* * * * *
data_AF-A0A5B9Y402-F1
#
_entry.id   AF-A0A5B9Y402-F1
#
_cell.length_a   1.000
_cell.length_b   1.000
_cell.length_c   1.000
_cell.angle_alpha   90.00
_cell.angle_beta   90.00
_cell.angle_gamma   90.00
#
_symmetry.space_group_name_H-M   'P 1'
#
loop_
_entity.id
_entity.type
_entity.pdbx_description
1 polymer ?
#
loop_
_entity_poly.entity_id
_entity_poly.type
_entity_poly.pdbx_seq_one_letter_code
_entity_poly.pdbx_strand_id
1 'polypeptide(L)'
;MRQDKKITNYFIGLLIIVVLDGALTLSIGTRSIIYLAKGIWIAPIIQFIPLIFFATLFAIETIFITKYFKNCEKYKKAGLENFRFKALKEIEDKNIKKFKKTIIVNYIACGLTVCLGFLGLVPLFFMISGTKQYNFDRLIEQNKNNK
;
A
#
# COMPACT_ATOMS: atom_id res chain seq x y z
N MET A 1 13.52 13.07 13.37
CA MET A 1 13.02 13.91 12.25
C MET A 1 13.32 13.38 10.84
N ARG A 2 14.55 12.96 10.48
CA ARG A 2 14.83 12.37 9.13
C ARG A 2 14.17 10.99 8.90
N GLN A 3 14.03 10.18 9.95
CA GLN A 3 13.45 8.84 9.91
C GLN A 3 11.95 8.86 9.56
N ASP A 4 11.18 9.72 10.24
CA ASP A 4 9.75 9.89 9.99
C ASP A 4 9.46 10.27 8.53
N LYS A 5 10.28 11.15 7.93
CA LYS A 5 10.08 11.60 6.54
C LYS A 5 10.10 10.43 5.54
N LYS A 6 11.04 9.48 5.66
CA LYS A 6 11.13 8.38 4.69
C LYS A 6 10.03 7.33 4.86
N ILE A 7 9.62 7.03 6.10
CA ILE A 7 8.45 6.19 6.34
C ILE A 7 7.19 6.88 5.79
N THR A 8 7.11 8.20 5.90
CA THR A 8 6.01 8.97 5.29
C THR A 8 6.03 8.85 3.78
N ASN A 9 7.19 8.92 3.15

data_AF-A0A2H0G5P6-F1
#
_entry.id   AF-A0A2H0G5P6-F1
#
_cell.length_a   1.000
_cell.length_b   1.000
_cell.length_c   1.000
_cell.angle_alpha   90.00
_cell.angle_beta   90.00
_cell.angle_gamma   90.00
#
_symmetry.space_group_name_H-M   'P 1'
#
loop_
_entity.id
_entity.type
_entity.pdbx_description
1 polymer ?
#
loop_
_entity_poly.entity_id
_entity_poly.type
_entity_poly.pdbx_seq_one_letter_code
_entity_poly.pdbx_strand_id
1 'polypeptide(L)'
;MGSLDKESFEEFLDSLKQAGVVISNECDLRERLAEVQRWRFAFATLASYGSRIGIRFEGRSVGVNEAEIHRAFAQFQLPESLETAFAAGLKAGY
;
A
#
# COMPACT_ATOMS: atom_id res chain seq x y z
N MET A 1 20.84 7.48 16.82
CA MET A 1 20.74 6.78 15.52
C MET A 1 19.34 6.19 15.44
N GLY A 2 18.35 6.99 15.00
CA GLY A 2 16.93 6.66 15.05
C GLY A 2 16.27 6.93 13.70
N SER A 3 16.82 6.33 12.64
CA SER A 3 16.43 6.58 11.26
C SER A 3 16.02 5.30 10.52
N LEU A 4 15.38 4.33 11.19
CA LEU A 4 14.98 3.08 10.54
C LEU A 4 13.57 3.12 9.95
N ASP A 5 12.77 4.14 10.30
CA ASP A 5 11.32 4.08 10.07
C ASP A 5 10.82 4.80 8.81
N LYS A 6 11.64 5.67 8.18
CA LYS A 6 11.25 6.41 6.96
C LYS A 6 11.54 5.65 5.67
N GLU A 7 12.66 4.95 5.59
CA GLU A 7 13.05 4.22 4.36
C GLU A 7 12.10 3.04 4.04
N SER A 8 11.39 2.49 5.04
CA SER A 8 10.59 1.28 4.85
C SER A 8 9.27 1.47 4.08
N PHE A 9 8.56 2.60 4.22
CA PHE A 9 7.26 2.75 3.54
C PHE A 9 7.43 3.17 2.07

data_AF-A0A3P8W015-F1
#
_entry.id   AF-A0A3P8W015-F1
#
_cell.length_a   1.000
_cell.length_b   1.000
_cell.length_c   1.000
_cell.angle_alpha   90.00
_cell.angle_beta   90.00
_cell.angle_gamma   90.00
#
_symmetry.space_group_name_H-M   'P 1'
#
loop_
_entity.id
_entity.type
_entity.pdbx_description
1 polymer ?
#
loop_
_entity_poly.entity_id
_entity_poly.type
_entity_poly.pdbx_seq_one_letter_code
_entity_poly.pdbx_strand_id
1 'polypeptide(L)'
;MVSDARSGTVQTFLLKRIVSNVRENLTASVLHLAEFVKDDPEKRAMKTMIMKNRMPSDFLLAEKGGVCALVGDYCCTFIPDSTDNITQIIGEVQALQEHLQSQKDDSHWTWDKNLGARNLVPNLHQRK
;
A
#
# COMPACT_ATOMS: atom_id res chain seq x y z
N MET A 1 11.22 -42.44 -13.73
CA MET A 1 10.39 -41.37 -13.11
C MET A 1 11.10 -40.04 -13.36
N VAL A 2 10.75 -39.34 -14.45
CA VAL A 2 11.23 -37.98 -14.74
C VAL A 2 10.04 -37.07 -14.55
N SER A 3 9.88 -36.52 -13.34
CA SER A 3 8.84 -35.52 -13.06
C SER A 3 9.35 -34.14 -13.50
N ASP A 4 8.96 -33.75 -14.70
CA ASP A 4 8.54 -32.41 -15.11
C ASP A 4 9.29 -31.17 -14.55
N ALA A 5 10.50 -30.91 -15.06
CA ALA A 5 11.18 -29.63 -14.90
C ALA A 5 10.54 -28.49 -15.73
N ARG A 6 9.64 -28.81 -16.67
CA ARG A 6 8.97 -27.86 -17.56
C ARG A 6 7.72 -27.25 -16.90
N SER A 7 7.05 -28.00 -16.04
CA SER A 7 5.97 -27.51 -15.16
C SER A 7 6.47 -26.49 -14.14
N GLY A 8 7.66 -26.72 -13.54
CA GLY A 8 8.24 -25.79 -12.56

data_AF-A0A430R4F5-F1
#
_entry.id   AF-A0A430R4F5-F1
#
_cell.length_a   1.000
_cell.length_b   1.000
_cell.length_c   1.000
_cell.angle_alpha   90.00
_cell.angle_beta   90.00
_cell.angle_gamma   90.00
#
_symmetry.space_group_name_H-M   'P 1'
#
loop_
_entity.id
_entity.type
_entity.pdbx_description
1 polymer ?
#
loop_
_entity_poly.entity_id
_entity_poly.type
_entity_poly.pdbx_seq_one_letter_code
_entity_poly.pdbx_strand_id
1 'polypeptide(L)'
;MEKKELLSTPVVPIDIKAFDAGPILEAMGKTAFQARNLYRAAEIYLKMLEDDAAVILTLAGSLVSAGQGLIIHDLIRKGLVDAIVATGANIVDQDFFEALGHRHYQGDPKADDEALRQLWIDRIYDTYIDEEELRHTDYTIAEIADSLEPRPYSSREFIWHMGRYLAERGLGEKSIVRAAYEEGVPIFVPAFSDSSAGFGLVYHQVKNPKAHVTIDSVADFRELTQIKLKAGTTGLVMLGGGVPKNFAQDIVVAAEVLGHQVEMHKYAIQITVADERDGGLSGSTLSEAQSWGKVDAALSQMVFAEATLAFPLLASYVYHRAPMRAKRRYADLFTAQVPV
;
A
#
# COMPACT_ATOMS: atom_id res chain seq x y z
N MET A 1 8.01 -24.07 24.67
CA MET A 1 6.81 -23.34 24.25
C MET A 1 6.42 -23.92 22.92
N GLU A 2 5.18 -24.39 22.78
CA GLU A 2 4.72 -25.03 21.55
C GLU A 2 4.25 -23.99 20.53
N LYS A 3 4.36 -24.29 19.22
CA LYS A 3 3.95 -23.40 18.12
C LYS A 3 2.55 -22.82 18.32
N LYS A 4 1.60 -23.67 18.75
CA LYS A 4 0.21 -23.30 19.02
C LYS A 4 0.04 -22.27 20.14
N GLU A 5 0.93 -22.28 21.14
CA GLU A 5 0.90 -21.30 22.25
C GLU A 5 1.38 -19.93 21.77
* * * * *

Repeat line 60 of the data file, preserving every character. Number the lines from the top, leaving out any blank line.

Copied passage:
_cell.length_a   1.000